The mediocre teacher tells. The good teacher explains. The superior teacher demonstrates. The great teacher inspires. — William Arthur Ward
The first documented use of the term Mentor can be traced back to the 8th century BC poem by Homer entitled Odyssey (Hay, Gerber and Minichiello). Although this original representation of Mentor is contested in the literature (Colley), historically the term mentor has evolved to imply a wise and trusted other who advises, teaches, protects and supports someone younger who is inexperienced and not so knowledgeable with the ways of the world. The mentor within a 21st century construct still aligns to this historical portrayal, however the evolution of society, the influence of technology, the growth of entrepreneurship, and a greater understanding of the impact of our interactions with others has forced us to consider mentoring in contemporary ways. As such, popular culture, through books, film and images, provide many impressions of the mentor and what it means to mentor in both historical and contemporary circumstances.
Similarly, popular culture provides us with a variety of impressions of the teacher. Throughout old and new history, teaching is considered to be a honourable profession, one that is complex and involves specific skills and knowledge to be effective (Marsh). Society has high expectations of teachers as they are entrusted with shaping the future generation (Parkay). Although the levels of respect and trust of teachers changes within different cultural circumstances, society allows teachers to be one of the most influential figures in a child’s life. Popular film often picks up on this theme and portrays teachers as inspirational figures, pillars of society and those that can have a major influence over the development of the student’s in their care. Within the brief story that a film provides, teachers are more often than not, positioned as a ‘mentor type’ figure to the students entrusted in their care, who guides and supports them to become who they want to be.
This paper explores the constructs of the mentor and mentorship through a popular culture lens. Culture is broadly described as the “bricks and mortar of our most commonplace understandings” (Willis 185) and our understandings are shaped by what we see, hear and do. The paper is framed by and seeks to answer the following question: To what extent is the teacher as mentor portrayed in popular film a realistic image? Accordingly this paper will examine the rise of the teacher as mentor and determine what images are portrayed through the medium of film. In order to answer the question, the paper will briefly examine current literature for the characteristics and roles of mentors and teachers. The paper will then delve into the way that teachers are portrayed in film and will be followed by an examination of a selection of films that portray teachers as mentors. A comparison will be made between the characteristics of mentors and the characteristics that the movie teachers display. Analysis through the use of reader-response theory will provide insight into the extent of the reality of the teacher as mentor that are portrayed.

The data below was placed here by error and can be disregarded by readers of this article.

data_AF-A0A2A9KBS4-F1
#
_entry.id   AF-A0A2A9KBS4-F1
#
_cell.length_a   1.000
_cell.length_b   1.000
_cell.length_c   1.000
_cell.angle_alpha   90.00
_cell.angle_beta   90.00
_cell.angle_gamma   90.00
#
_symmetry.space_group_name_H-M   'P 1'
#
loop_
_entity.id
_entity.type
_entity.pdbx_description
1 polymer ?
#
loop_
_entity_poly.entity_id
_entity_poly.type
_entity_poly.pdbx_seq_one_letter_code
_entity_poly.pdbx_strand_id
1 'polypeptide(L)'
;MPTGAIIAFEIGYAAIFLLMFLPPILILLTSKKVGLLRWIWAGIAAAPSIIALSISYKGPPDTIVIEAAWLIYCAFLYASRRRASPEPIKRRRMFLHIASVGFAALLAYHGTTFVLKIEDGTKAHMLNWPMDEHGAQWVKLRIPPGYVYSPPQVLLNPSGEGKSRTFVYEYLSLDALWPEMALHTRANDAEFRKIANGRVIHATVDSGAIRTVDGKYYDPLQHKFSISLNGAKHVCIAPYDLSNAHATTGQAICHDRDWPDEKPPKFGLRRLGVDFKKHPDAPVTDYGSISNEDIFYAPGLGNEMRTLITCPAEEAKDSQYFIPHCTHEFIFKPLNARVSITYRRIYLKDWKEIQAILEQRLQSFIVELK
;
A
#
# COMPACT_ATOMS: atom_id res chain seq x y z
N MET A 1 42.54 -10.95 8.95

Mentors and Teachers: A Review of Selected Literature
Mentoring consists of a series of interactions that can be of a social, intellectual or emotional nature (Lentz and Allen). Mentoring can be described as a helping relationship whereby two or more people work together in order to achieve personal and professional goals (Johnson and Ridley). Effective mentoring is also known to be mutually beneficial to all participants (Ambrosetti, Knight and Dekkers). When scanning the literature there are a number of common descriptors that are used consistently to situate the interactions a mentor undertakes: supporter, guide, advisor, teacher, protector and counselor (Sundli; Hall et al.). Such descriptors indicate that a mentor performs a series of roles that change according to the needs of those being mentored (Ambrosetti and Dekkers). If the mentor has a series of roles to perform, then it is logical that the mentee also will also have a number of roles to play, however these are lnot well documented in the literature. The roles that both mentors and mentees play during a relationship can be identified and underpinned through the three dimensions of mentoring: the relationship itself, the developmental needs of the participants and the integration of the context in which the mentoring is situated (Ambrosetti, Knight and Dekkers). The interactions that a mentor engages in with a mentee span over a number of dimensions and are often reactive in nature. The three dimensions of mentoring can assist in describing a mentor and the roles they play. The relational dimension includes such roles as supporter, protector, friend and counselor. The roles of guide, teacher/trainer, collaborator, facilitator and reflector can be classified as developmental whereas being a role model can be both a developmental role and contextual role (230).